Matthew Seig 

Produced by
Terrell Braly .... executive producer
Stuart Samuels .... associate producer
Matthew Seig .... co-producer
Cinematography by
Steve Petropoulos 
Film Editing by
Susan Peehl 
Sound Department
Judy Benjamin .... sound recordist
Chris Burke .... sound effects
Neal Gettinger .... sound recordist (as Neil Gettinger)
Steven Hertzog .... sound recordist
Jerry Stein .... sound mixer
Roy B. Yokelson .... post-production sound
Camera and Electrical Department
Del Hall .... additional cinematographer
Ralph Pitre .... animation camera operator
Animation Department
Michael Bianchi .... animator: title animation
Editorial Department
Phil Fallo .... on-line editor
Music Department
Rick Eisenstein .... music clearances
Johnny Mandel .... music consultant
Other crew
Mark Cantor .... archival consultant
Andreas Combuchen .... title designer
Milt Hinton .... source: original 8 mm film
Mona Hinton .... source: original 8 mm film

Production CompaniesDistributorsOther Companies

Additional Details

60 min
Sound Mix:

Did You Know?

Movie Connections:
Referenced in The Terminal (2004)See more »


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8 out of 8 people found the following review useful.
A "Great Day" plus a worthwhile bonus disc, 2 July 2006
Author: ecjones1951 from United States

Jean Bach does the seemingly impossible with "A Great Day in Harlem. She makes a 40-year-old B&W photograph come alive.

Art Kane's first photo assignment for Esquire magazine in 1958 must have been his own personal Everest. Get 50+ jazz musicians in one place at one time, stand across the street, point and shoot. Sure, no problem. But the cats came in droves, some of them having not yet gone to bed after a gig the night before. Some were probably nursing hangovers. But Kane captured a photo that is a cult icon, a time capsule of the heyday of hard bop, with many seminal figures from an earlier day standing proudly beside them.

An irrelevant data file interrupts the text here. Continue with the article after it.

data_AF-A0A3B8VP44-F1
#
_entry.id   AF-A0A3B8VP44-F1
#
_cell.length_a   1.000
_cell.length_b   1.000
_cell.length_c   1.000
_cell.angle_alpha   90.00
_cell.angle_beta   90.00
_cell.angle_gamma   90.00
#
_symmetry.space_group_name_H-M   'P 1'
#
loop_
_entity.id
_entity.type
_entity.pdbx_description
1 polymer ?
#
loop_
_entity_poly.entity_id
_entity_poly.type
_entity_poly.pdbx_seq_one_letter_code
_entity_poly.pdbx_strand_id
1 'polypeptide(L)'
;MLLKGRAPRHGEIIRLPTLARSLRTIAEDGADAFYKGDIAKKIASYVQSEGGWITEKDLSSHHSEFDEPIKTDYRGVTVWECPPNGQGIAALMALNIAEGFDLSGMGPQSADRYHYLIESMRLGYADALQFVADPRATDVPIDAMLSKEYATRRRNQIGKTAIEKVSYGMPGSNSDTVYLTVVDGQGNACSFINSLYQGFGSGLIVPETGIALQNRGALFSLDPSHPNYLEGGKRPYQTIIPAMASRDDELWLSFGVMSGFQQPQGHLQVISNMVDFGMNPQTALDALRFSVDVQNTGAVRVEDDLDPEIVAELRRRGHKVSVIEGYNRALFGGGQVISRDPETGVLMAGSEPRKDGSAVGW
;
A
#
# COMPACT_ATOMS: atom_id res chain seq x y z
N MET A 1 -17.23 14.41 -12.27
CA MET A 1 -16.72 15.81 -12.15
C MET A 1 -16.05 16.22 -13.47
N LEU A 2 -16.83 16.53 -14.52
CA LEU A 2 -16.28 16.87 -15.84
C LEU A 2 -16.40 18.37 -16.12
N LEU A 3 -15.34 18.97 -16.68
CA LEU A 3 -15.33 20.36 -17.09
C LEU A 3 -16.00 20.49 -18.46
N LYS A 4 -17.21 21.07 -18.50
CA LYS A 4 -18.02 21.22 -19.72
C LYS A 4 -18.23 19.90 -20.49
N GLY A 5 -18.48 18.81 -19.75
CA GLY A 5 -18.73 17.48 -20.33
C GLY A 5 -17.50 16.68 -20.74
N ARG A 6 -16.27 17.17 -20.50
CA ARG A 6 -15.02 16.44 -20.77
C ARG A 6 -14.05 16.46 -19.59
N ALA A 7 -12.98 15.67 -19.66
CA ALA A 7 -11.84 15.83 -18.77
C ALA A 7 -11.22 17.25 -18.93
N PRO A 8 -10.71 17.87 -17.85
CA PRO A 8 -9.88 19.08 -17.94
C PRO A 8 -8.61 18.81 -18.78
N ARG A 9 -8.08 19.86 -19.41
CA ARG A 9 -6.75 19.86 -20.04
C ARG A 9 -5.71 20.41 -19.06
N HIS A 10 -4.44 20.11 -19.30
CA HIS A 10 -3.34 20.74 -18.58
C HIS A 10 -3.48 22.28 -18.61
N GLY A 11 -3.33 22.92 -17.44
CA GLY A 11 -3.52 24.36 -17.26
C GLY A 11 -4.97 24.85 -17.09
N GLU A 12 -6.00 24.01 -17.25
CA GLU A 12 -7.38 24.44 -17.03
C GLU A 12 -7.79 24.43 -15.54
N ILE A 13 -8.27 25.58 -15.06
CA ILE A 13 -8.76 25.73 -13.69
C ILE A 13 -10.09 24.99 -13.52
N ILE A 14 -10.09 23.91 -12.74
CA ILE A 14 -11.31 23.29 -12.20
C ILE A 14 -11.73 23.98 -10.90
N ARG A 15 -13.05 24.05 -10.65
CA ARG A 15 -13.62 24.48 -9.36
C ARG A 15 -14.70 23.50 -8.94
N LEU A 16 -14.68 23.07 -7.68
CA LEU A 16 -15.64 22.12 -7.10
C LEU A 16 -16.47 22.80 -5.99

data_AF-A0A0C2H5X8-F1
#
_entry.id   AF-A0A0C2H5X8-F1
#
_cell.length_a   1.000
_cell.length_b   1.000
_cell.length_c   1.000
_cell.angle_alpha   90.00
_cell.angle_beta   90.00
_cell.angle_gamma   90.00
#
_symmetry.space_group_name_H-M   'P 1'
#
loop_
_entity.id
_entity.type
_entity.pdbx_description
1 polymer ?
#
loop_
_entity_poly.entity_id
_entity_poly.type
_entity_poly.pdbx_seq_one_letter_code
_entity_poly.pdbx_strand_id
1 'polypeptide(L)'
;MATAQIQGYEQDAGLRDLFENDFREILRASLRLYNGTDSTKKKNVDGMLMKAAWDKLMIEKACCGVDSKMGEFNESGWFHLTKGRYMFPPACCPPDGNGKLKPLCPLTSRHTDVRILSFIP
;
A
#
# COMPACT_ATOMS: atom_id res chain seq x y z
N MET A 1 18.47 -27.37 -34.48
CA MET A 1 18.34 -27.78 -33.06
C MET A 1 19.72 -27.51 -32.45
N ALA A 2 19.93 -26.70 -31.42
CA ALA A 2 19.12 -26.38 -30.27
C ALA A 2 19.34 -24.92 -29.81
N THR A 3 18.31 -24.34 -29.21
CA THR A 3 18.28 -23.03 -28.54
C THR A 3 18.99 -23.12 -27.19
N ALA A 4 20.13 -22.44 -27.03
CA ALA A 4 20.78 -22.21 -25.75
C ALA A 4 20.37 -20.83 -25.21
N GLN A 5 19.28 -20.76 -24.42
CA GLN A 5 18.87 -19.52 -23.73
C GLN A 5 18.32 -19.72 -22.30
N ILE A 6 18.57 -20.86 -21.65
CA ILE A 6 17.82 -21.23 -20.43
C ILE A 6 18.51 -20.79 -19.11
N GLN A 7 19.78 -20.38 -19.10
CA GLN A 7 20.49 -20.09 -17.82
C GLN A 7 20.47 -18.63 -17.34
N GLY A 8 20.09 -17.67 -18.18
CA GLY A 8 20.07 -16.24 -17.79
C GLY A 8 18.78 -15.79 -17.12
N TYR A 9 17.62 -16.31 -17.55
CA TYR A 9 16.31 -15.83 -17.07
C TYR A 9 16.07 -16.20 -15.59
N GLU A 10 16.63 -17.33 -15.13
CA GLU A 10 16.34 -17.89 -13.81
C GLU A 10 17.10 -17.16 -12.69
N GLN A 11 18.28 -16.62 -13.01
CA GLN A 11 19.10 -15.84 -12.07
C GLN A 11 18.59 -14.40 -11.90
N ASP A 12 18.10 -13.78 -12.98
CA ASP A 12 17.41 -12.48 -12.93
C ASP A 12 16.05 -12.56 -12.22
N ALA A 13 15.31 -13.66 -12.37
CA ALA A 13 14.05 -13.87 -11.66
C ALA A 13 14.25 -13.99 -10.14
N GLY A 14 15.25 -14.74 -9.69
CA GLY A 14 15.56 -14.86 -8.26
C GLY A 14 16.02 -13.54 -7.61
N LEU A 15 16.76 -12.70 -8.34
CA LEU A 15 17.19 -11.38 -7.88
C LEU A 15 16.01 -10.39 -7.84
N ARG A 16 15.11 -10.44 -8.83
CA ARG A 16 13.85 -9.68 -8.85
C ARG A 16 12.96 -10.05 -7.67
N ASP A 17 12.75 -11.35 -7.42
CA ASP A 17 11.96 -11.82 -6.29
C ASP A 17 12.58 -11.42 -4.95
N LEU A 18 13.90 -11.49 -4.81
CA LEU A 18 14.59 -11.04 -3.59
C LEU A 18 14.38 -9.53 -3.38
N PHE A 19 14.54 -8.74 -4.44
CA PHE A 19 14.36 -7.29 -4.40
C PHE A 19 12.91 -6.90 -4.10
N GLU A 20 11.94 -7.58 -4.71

The late great bassist, Milt Hinton, who is one of the warmest and most charming people interviewed, was also a fine photographer. His wife captured much of the Great Day with a color 8mm movie camera, and it's a treat to see the ensemble milling about on the street and taking their places for the final picture.

Many of the people in this photo are not and never were household names. But the musicians Jean Bach tracked down to give their reminiscences are quick to give them their due. They recognize their skill and talent and recall the personalities of their lesser-known counterparts. Perhaps those just getting into jazz will be motivated to seek out CDs by Benny Golson, Roy Eldridge and others by virtue of the "props" given them by their old buddies and bandmates.

The Bonus Disc is worth watching, if only for the segment on "copycat" photos, and there have been many. A restaging of the original photo is quite poignant. But nothing on it is filler: the jazzmen really did warm up to Jean Bach if they didn't already know her, and they ended up talking about everything.

This documentary was as great an idea as the Art Kane photo that inspired it. Highly recommended.